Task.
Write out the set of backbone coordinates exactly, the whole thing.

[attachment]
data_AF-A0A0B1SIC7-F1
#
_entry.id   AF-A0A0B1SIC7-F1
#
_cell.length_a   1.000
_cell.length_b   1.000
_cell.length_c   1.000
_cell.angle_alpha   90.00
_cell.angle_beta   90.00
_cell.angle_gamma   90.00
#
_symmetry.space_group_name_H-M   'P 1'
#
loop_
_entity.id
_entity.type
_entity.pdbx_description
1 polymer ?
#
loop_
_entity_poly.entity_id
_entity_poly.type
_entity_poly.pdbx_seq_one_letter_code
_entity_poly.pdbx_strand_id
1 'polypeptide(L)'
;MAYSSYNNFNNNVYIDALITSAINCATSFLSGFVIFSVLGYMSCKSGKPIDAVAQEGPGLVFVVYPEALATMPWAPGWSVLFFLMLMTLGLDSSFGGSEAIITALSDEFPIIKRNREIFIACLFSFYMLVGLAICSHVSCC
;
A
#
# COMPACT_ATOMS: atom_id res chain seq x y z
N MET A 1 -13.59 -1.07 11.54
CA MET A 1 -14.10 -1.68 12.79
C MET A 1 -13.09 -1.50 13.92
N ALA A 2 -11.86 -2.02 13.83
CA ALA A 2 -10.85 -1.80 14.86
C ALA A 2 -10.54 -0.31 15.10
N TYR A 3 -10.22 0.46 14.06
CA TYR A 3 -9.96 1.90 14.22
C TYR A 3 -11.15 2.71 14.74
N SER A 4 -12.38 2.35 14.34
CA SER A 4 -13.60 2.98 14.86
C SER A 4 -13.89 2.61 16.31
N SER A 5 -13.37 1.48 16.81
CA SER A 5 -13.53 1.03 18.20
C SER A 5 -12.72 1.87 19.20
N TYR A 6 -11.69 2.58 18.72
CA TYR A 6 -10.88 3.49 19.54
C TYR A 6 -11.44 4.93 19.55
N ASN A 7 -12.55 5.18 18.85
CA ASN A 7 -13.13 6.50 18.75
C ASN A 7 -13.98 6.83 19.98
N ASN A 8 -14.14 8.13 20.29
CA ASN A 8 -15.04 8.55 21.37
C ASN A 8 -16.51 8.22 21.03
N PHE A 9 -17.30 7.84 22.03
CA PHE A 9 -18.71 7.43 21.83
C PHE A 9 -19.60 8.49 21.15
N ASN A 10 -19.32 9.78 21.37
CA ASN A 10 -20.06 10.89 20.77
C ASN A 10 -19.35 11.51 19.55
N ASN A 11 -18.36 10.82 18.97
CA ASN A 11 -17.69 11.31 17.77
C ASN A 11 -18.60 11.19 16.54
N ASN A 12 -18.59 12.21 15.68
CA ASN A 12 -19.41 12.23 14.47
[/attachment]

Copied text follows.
data_AF-A0A0B1SIC7-F1
#
_entry.id   AF-A0A0B1SIC7-F1
#
_cell.length_a   1.000
_cell.length_b   1.000
_cell.length_c   1.000
_cell.angle_alpha   90.00
_cell.angle_beta   90.00
_cell.angle_gamma   90.00
#
_symmetry.space_group_name_H-M   'P 1'
#
loop_
_entity.id
_entity.type
_entity.pdbx_description
1 polymer ?
#
loop_
_entity_poly.entity_id
_entity_poly.type
_entity_poly.pdbx_seq_one_letter_code
_entity_poly.pdbx_strand_id
1 'polypeptide(L)'
;MAYSSYNNFNNNVYIDALITSAINCATSFLSGFVIFSVLGYMSCKSGKPIDAVAQEGPGLVFVVYPEALATMPWAPGWSVLFFLMLMTLGLDSSFGGSEAIITALSDEFPIIKRNREIFIACLFSFYMLVGLAICSHVSCC
;
A
#
# COMPACT_ATOMS: atom_id res chain seq x y z
N MET A 1 -13.59 -1.07 11.54
CA MET A 1 -14.10 -1.68 12.79
C MET A 1 -13.09 -1.50 13.92
N ALA A 2 -11.86 -2.02 13.83
CA ALA A 2 -10.85 -1.80 14.86
C ALA A 2 -10.54 -0.31 15.10
N TYR A 3 -10.22 0.46 14.06
CA TYR A 3 -9.96 1.90 14.22
C TYR A 3 -11.15 2.71 14.74
N SER A 4 -12.38 2.35 14.34
CA SER A 4 -13.60 2.98 14.86
C SER A 4 -13.89 2.61 16.31
N SER A 5 -13.37 1.48 16.81
CA SER A 5 -13.53 1.03 18.20
C SER A 5 -12.72 1.87 19.20
N TYR A 6 -11.69 2.58 18.72
CA TYR A 6 -10.88 3.49 19.54
C TYR A 6 -11.44 4.93 19.55
N ASN A 7 -12.55 5.18 18.85
CA ASN A 7 -13.13 6.50 18.75
C ASN A 7 -13.98 6.83 19.98
N ASN A 8 -14.14 8.13 20.29
CA ASN A 8 -15.04 8.55 21.37
C ASN A 8 -16.51 8.22 21.03
N PHE A 9 -17.30 7.84 22.03
CA PHE A 9 -18.71 7.43 21.83
C PHE A 9 -19.60 8.49 21.15
N ASN A 10 -19.32 9.78 21.37
CA ASN A 10 -20.06 10.89 20.77
C ASN A 10 -19.35 11.51 19.55
N ASN A 11 -18.36 10.82 18.97
CA ASN A 11 -17.69 11.31 17.77
C ASN A 11 -18.60 11.19 16.54
N ASN A 12 -18.59 12.21 15.68
CA ASN A 12 -19.41 12.23 14.47